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Dil Na-Umid to Nahi

A Group Show at The Faiz Festival


Zohreen Murtaza


The exhibition titled ‘Dil Na-Umid to Nahi’ was curated by Saulat Ajmal, Sheraz Faisal and assisted by Asad Ullah Khan (Rohtas Gallery). It remained on display on 8th, 9th and 10th February.


From political upheaval, subversive acts to dissent and social critique: women artists in Pakistan have seen it all and done it all. The implications of this tumult have been varied but regardless of their class or origin, many women artists have in fact, gone so far as to put their lives and careers on the line for art and its expression. What kind of art then has been produced by Pakistani women artists?  How has it responded to such complex socio-political scenarios? Can such art shape opinions about women in art? Does their art say something about the mental and cultural wellbeing of a nation where phrases like ‘gender inequality’, ‘women’s rights’ and ‘patriarchy’ are still met with uncomfortable, stony silence, unwarranted vitriol or simply regarded as controversial or contested at best? It is hard not to think of these questions as one strolls through a grand exhibition of artworks by thirty-seven women artists that opened at The Alhamra Gallery, Lahore as part of the literary talks and discussions that are held at The Faiz Festival.


The title of the exhibition ‘Dil Na-Umid to Nahi’ (The Heart has not just lost hope) has been borrowed from a verse by eminent poet Faiz Ahmad Faiz. The complete verse reads as follows:


The Heart has not just lost hope. But just a fight that is all

The night of suffering is long. But it is just a night after all


Some of the nuances of the gravitas ensconced in the words of Faiz—a plea that is not weary or bittersweet or even plaintive but unflinching and resilient at best, is captured in many of the works included in the exhibition. There is this tacit agreement that one must consciously attempt to honour such a contentious history and that is evident in the curation: it unfolds like a retrospective of critical junctures and debates around distinct themes. Some contain coded critique that was necessitated by periods of censorship while others are unapologetic in their commentary and expression.  The content and display is interlaced with the same tenor of dissent that defined the life and trajectory of Faiz Ahmad Faiz. Artists’ works have been clustered or spaced out across the length and even breath (many works hang suspended in the air) of the two floors of the gallery in terms of thematic displays that are to be unpacked either in relation to each other or as independent works in themselves. There is diversity of medium, style, expression—but above all a desire to share narratives, experiences or simply questions that ought to be asked or perhaps never had the chance to be posited in a public space.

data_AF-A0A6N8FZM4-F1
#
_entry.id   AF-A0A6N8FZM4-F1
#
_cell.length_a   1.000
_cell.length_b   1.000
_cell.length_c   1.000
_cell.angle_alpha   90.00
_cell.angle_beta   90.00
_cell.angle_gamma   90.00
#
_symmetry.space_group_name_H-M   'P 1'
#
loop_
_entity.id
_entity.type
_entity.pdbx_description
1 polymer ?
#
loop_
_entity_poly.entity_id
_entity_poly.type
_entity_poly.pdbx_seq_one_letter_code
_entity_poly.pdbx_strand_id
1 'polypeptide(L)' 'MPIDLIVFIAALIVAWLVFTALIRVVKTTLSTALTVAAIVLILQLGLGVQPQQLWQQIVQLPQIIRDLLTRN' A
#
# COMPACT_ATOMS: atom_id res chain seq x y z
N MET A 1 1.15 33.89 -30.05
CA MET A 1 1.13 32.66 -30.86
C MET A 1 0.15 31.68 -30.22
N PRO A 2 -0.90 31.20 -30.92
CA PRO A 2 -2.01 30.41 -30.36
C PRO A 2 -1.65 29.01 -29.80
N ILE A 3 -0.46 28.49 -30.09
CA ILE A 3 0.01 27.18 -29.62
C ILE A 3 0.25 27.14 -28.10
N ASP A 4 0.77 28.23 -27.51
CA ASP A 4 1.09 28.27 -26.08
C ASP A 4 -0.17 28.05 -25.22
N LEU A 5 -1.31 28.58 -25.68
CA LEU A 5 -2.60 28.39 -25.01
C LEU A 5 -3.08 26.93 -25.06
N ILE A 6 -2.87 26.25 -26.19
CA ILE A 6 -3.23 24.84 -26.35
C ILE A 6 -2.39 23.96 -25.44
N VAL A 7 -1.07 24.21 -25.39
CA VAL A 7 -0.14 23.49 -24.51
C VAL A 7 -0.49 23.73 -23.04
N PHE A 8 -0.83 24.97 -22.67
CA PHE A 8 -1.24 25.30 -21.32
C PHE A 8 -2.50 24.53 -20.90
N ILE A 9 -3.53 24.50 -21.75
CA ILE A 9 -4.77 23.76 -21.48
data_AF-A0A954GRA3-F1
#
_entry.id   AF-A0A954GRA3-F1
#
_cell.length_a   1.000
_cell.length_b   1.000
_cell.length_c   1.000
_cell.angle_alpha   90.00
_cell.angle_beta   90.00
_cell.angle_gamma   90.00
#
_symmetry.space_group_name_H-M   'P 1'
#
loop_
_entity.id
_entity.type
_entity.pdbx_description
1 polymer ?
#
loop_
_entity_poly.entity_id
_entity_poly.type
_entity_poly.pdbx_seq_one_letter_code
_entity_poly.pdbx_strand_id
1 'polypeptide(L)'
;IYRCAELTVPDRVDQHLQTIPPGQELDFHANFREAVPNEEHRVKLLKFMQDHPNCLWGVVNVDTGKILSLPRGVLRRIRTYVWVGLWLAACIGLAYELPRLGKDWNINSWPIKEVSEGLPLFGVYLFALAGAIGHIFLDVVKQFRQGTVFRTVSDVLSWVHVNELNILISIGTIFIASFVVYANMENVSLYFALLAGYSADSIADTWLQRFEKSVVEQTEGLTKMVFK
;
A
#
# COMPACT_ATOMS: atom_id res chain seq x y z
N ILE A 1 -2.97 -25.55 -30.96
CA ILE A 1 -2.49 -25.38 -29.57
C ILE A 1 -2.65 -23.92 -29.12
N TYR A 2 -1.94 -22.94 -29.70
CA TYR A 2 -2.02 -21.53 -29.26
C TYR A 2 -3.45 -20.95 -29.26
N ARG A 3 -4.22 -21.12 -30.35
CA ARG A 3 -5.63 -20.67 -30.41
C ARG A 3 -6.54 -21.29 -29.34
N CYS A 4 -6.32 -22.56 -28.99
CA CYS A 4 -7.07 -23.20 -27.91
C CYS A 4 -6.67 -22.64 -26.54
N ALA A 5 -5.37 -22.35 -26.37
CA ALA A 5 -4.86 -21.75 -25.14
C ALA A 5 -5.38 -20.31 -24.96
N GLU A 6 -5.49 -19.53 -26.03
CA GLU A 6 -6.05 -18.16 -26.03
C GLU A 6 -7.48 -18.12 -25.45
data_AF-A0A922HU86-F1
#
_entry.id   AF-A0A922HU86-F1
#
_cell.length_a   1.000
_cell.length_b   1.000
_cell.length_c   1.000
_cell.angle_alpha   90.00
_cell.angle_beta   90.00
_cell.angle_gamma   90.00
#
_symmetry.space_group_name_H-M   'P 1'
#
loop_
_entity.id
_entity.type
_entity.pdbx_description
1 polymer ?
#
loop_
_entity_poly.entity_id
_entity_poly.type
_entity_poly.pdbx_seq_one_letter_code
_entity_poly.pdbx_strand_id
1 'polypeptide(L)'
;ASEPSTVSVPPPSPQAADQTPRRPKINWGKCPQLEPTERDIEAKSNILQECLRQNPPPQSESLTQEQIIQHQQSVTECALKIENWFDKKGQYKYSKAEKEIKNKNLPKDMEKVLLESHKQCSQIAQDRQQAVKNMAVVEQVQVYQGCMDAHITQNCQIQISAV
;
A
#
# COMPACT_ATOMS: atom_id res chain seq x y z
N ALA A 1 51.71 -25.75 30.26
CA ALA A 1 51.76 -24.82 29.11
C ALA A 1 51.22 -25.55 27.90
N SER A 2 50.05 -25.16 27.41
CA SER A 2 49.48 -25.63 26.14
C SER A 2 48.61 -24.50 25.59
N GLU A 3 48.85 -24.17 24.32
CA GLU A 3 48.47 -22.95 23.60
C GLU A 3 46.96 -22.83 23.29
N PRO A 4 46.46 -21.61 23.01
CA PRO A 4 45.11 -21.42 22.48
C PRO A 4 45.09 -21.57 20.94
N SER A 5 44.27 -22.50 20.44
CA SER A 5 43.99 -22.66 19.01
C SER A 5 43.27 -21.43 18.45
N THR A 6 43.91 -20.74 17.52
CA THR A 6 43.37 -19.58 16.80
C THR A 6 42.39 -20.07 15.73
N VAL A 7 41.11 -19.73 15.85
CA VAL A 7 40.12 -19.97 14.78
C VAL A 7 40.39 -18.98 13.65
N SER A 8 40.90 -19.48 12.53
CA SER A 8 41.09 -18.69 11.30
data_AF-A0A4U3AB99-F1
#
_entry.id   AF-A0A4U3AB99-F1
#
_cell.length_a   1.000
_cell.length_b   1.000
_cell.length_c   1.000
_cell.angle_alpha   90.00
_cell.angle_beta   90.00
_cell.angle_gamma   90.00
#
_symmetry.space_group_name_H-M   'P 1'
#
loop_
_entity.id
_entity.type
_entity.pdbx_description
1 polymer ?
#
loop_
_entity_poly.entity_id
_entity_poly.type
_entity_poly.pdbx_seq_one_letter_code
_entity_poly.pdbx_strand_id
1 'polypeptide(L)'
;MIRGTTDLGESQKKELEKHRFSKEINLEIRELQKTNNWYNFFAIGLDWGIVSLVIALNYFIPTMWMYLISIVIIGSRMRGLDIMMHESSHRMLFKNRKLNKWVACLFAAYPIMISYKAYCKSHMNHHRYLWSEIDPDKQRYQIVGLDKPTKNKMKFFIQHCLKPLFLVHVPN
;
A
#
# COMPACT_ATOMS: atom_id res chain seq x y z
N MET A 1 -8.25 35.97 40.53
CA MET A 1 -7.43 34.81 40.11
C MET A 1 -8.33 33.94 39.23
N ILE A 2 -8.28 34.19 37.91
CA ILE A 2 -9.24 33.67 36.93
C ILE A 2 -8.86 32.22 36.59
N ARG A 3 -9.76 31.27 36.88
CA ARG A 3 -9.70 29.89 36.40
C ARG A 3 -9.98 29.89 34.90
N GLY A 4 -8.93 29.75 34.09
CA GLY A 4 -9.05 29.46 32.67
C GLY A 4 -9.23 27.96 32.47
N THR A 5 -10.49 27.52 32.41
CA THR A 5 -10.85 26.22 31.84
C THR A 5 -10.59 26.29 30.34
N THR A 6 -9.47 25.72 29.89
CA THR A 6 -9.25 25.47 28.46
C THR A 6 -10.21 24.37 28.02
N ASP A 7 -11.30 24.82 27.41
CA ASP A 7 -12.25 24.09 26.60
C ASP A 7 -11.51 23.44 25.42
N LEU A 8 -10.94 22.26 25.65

The sheer number of artists is testament to the success, grit and determination of women artists who have against all odds remained prolific and consistent throughout the years. The artists include Meher Afroz, Sana Arjumand, Naazish Ata Ullah, Noorjehan Bilgrami, Faiza Butt, Ruby Chishti, Talat Dabir, Zarah David, Sabina Gillani, Amber Hammad, Salima Hashmi, Rabia Hassan, Mariam Ibraaz, Ferwa Ibrahim, Samina Iqbal, Shehnaz Ismail, Durriya Kazi, Maheen Kazim, Bushra Waqas Khan, Naiza Khan, Rahat Naveed Masud, Mussarat Mirza, Nurayah Sheikh Nabi, Sadaf Naeem, Nusra Latif Qureshi, Rabbya and Hurmat, Laila Rahman, Talha Rathore, Nahid Raza, Fatima Saeed, Farida Batool, Nausheen Saeed, Wardha Shabbir, Adeela Suleman, Farazeh Syed, Masooma Syed and Risham H. Syed.    


Family-II by Salima Hashmi (mixed media on archival paper; 2024)

Chaddar by Naazish Ata Ullah (oil on canvas; 1983)

Dil-Na-Umid by Meher Afroz (acrylic on canvas; 2024)